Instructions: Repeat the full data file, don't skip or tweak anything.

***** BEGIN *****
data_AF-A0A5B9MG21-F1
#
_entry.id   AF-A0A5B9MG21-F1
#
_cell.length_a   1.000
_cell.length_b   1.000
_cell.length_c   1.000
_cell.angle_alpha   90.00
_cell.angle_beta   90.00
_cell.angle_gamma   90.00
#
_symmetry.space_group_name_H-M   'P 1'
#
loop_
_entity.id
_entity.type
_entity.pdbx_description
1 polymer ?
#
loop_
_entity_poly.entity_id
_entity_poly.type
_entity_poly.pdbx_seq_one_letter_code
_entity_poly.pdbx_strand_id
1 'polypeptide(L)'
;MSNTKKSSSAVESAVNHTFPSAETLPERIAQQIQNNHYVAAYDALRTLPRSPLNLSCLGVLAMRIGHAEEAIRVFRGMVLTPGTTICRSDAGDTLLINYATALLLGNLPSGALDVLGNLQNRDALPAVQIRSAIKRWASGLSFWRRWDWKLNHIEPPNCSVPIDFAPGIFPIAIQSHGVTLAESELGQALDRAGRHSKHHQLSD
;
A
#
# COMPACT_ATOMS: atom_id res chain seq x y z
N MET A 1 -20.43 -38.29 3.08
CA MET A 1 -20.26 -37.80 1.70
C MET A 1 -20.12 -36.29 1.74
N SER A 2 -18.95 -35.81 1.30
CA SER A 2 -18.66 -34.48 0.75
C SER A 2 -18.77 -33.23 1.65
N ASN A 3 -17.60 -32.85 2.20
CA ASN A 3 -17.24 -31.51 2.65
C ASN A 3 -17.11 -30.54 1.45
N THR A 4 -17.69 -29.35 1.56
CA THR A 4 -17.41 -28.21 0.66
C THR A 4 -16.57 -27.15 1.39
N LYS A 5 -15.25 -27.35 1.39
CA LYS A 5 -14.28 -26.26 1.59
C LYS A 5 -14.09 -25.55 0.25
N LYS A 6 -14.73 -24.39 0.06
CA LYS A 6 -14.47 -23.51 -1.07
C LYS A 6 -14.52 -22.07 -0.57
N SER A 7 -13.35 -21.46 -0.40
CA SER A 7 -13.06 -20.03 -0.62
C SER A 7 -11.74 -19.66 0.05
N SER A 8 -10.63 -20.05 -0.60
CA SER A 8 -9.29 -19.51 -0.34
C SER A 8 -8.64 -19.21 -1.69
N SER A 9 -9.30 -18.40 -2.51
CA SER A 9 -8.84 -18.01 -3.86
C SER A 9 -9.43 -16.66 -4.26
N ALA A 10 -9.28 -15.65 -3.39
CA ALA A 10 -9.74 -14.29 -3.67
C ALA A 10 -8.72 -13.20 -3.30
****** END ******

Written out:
data_AF-A0A5B9MG21-F1
#
_entry.id   AF-A0A5B9MG21-F1
#
_cell.length_a   1.000
_cell.length_b   1.000
_cell.length_c   1.000
_cell.angle_alpha   90.00
_cell.angle_beta   90.00
_cell.angle_gamma   90.00
#
_symmetry.space_group_name_H-M   'P 1'
#
loop_
_entity.id
_entity.type
_entity.pdbx_description
1 polymer ?
#
loop_
_entity_poly.entity_id
_entity_poly.type
_entity_poly.pdbx_seq_one_letter_code
_entity_poly.pdbx_strand_id
1 'polypeptide(L)'
;MSNTKKSSSAVESAVNHTFPSAETLPERIAQQIQNNHYVAAYDALRTLPRSPLNLSCLGVLAMRIGHAEEAIRVFRGMVLTPGTTICRSDAGDTLLINYATALLLGNLPSGALDVLGNLQNRDALPAVQIRSAIKRWASGLSFWRRWDWKLNHIEPPNCSVPIDFAPGIFPIAIQSHGVTLAESELGQALDRAGRHSKHHQLSD
;
A
#
# COMPACT_ATOMS: atom_id res chain seq x y z
N MET A 1 -20.43 -38.29 3.08
CA MET A 1 -20.26 -37.80 1.70
C MET A 1 -20.12 -36.29 1.74
N SER A 2 -18.95 -35.81 1.30
CA SER A 2 -18.66 -34.48 0.75
C SER A 2 -18.77 -33.23 1.65
N ASN A 3 -17.60 -32.85 2.20
CA ASN A 3 -17.24 -31.51 2.65
C ASN A 3 -17.11 -30.54 1.45
N THR A 4 -17.69 -29.35 1.56
CA THR A 4 -17.41 -28.21 0.66
C THR A 4 -16.57 -27.15 1.39
N LYS A 5 -15.25 -27.35 1.39
CA LYS A 5 -14.28 -26.26 1.59
C LYS A 5 -14.09 -25.55 0.25
N LYS A 6 -14.73 -24.39 0.06
CA LYS A 6 -14.47 -23.51 -1.07
C LYS A 6 -14.52 -22.07 -0.57
N SER A 7 -13.35 -21.46 -0.40
CA SER A 7 -13.06 -20.03 -0.62
C SER A 7 -11.74 -19.66 0.05
N SER A 8 -10.63 -20.05 -0.60
CA SER A 8 -9.29 -19.51 -0.34
C SER A 8 -8.64 -19.21 -1.69
N SER A 9 -9.30 -18.40 -2.51
CA SER A 9 -8.84 -18.01 -3.86
C SER A 9 -9.43 -16.66 -4.26
N ALA A 10 -9.28 -15.65 -3.39
CA ALA A 10 -9.74 -14.29 -3.67
C ALA A 10 -8.72 -13.20 -3.30